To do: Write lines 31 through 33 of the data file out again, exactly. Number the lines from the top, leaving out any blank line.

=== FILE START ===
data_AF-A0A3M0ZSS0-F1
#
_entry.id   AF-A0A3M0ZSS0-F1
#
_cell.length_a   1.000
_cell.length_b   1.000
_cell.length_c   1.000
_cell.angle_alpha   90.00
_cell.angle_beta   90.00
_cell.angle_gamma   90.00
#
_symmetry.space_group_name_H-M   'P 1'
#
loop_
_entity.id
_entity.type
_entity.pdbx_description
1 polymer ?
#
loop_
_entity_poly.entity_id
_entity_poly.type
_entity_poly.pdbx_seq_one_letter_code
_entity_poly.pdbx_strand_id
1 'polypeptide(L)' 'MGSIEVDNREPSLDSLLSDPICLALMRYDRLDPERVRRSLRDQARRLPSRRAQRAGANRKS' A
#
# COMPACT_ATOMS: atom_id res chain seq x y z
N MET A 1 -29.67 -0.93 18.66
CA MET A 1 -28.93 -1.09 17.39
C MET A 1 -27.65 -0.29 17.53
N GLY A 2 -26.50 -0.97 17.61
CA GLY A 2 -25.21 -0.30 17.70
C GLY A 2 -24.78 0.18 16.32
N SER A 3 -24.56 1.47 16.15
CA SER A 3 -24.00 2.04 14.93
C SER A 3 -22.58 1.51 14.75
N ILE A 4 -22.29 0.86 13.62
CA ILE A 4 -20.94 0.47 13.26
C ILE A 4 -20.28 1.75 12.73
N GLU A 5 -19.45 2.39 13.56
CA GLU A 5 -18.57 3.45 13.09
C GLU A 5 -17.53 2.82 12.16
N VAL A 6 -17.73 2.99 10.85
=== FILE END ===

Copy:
N GLY A 2 -26.50 -0.97 17.61
CA GLY A 2 -25.21 -0.30 17.70
C GLY A 2 -24.78 0.18 16.32